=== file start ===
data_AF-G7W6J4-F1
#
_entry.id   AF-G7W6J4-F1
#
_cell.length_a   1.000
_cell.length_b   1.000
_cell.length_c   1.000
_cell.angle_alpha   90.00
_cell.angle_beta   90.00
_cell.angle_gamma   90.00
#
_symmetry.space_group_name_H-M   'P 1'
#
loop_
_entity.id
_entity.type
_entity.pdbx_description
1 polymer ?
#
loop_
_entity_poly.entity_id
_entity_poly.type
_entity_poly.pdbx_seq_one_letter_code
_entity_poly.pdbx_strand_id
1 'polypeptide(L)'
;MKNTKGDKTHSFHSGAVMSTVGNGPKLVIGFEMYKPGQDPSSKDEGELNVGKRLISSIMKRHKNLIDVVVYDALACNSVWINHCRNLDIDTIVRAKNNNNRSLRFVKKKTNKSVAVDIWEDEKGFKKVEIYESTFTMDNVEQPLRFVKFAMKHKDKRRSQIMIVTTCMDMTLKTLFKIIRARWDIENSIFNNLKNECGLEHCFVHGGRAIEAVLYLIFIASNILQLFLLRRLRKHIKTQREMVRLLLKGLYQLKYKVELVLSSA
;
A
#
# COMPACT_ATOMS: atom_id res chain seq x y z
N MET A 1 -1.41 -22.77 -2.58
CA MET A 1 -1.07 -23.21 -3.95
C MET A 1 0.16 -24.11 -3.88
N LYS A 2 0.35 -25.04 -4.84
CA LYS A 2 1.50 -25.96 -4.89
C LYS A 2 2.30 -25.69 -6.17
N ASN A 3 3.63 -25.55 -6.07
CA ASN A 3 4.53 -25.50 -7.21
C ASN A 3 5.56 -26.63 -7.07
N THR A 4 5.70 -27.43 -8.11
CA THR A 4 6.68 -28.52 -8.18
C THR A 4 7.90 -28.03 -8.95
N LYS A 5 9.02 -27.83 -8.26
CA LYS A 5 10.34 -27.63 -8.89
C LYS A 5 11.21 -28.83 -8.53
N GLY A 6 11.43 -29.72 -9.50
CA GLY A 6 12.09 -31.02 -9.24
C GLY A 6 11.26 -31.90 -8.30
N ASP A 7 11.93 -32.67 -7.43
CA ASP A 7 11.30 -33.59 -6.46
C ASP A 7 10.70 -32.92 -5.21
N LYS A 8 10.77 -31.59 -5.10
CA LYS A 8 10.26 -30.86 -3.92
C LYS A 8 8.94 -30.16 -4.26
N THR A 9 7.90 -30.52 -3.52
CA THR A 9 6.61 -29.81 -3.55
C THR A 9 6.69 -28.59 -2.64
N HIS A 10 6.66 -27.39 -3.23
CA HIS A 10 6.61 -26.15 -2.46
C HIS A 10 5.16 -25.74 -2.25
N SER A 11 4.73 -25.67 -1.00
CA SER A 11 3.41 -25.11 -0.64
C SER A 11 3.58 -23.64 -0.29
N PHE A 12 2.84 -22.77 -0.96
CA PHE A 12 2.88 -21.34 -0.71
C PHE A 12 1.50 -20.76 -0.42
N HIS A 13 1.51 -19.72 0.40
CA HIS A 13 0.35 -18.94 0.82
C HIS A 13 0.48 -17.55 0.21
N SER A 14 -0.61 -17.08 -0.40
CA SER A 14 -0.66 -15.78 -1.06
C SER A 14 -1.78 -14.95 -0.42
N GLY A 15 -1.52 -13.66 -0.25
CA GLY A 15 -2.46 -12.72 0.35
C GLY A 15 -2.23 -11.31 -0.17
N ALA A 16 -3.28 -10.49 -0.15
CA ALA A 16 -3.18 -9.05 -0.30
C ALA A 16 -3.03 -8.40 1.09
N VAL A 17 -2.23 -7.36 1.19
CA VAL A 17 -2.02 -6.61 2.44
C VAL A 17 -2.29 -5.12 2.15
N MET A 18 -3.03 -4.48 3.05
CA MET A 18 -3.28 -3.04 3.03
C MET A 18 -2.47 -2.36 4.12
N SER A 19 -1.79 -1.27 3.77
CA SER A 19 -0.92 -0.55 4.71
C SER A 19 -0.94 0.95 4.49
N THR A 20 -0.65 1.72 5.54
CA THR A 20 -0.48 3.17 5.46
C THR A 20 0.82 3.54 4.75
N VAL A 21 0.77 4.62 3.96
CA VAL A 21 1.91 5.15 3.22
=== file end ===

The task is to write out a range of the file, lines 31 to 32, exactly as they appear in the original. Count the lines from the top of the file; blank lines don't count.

N MET A 1 -1.41 -22.77 -2.58
CA MET A 1 -1.07 -23.21 -3.95